Faced with the daunting task of replacing injured Jake Locker and starting against top-ranked Oregon, Keith Price continues to be at ease with the situation.
Those who know him best describe Keith Price as the kind of person who always has a smile on his face.
And he also, he revealed Wednesday, always has a football in his bed.
“It’s my Pop Warner football,” Price said. “I always wanted a little brown NFL football (as a kid), and we couldn’t quite get that. They got me the little rubber ball, and I still have it to this day.”
- After embarrassment, Seattle finds public toilet that's just right
- NFL.com says Seahawks have most talented roster in league, and speculate on starting lineup
- Seattle's best restaurants? Classics revisited
- Kyle Seager saves Mariners, 7-6, in 10 innings
- Capitol Hill light-rail station nearly ready for trains to rumble
Most Read Stories
Then he smiled and asked reporters not to tell anyone. “Keep it on the hush,” he said.
Too late for that as Price is now being thrust into the spotlight, football fans wanting to know just who is this redshirt freshman forced to step into the starting lineup for the Huskies to replace an injured Jake Locker.
And this could hardly be called a soft landing as Price will get his first start Saturday at 12:30 p.m. at Autzen Stadium against the No. 1-ranked Oregon Ducks.
It would be a daunting task for any quarterback, let alone someone taking over a UW offense that hasn’t scored in 97 minutes and 50 seconds and who has thrown just nine passes in his college career.
But UW coaches and teammates say the same laid-back personality evident in the ever-present smile will enable him to handle the chaos of Autzen.
“He doesn’t seem nervous,” said teammate Will Shamburger, who like Price, grew up in Compton, Calif., and has been friends since elementary school. “He’s the same Keith. He’s always just joking around.”
Not to say he’s not taking this chance seriously. As Shamburger says, “This is his opportunity to show how good he is to everybody.”
As his sleeping arrangements might indicate, Price said football “has always been my first love.”
He played it at every level, becoming a quarterback in junior high, and then taking over that spot at St. John Bosco High in Bellflower, Calif., a private school about 15 minutes from Compton. He lived with his grandmother in Long Beach during that time, his parents wanting him away from some of the dangerous elements of Compton.
“I was able to attend private school and kind of change my life and play sports,” said Price.
In the high-caliber Trinity League, Price was the Co-Offensive Player of the Year, a quarterback named Matt Barkley — now at USC — winning MVP honors.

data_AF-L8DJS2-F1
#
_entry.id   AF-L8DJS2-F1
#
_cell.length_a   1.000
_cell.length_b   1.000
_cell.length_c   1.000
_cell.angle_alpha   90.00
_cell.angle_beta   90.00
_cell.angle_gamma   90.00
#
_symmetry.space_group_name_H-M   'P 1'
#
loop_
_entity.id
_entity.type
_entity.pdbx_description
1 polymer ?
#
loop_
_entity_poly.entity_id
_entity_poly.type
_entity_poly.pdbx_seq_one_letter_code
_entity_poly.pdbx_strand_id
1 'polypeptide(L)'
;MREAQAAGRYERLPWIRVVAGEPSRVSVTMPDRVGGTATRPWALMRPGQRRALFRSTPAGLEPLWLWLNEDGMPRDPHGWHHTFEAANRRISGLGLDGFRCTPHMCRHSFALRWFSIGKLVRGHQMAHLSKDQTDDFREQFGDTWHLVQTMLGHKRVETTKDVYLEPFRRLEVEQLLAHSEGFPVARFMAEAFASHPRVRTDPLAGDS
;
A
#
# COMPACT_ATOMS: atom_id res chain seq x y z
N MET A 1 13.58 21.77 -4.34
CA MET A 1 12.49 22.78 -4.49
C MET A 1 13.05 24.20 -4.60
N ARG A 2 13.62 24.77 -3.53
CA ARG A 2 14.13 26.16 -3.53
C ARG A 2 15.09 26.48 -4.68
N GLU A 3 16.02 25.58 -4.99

But by then, he’d already earned the attention of scouts with a strong arm and a knack for running — UW coach Steve Sarkisian says his quickness is as much of a threat as his speed — that made him a perfect fit to the fill the role of dual-threat quarterback increasingly called for in college football. He had offers from Arizona State and Oregon, taking a visit to Eugene, so Saturday won’t be the first time he’s stepped foot in Autzen Stadium.
But he decided on UW in July 2008, the first player to commit that year to then-coach Tyrone Willingham.
When Willingham was fired a few months later, he briefly reopened his commitment. But a quick visit from Sarkisian, who knew all about Price — who had attended a camp at USC — kept him in the fold at UW.
When Nick Montana committed to UW in summer 2009, before Price had yet to enroll at UW, many assumed that Huskies QB mantle would pass quickly from Locker to Montana.
But Price worked on his passing mechanics last fall, lowering his arm a bit to make his throws more consistent, impressing coaches with his improvement. And having an extra year in the system also had him that much further along than Montana — son of Hall of Fame QB Joe Montana — in knowledge of the offense, all of which helped him earn the backup job out of fall camp.
“He really did a nice job in the summer with his workout program and the stuff the players do in the offseason, of getting themselves ready for camp,” said offensive coordinator and quarterbacks coach Doug Nussmeier. “Mentally, he took some big, big strides through camp.”
He was thrown into the fire when Locker was knocked out of the game briefly at USC and threw a touchdown on his only pass, a stint that, while brief, only increases the confidence of coaches in what he can do.
And while the Huskies face long odds — listed now as 35-point underdogs with the line steadily moving in Oregon’s favor since the news of Locker’s injury broke — that also allows the Huskies to play with a nothing-to-lose attitude that seems a perfect fit for Price.
“I’m having fun, that’s the main thing,” he said of running the team this week. “It’s unfortunate what happened to Jake and I’m just trying to go out there and do the best I can. I know a lot of people are not giving us a shot in the world. I’m just going out there to try and prove them wrong.”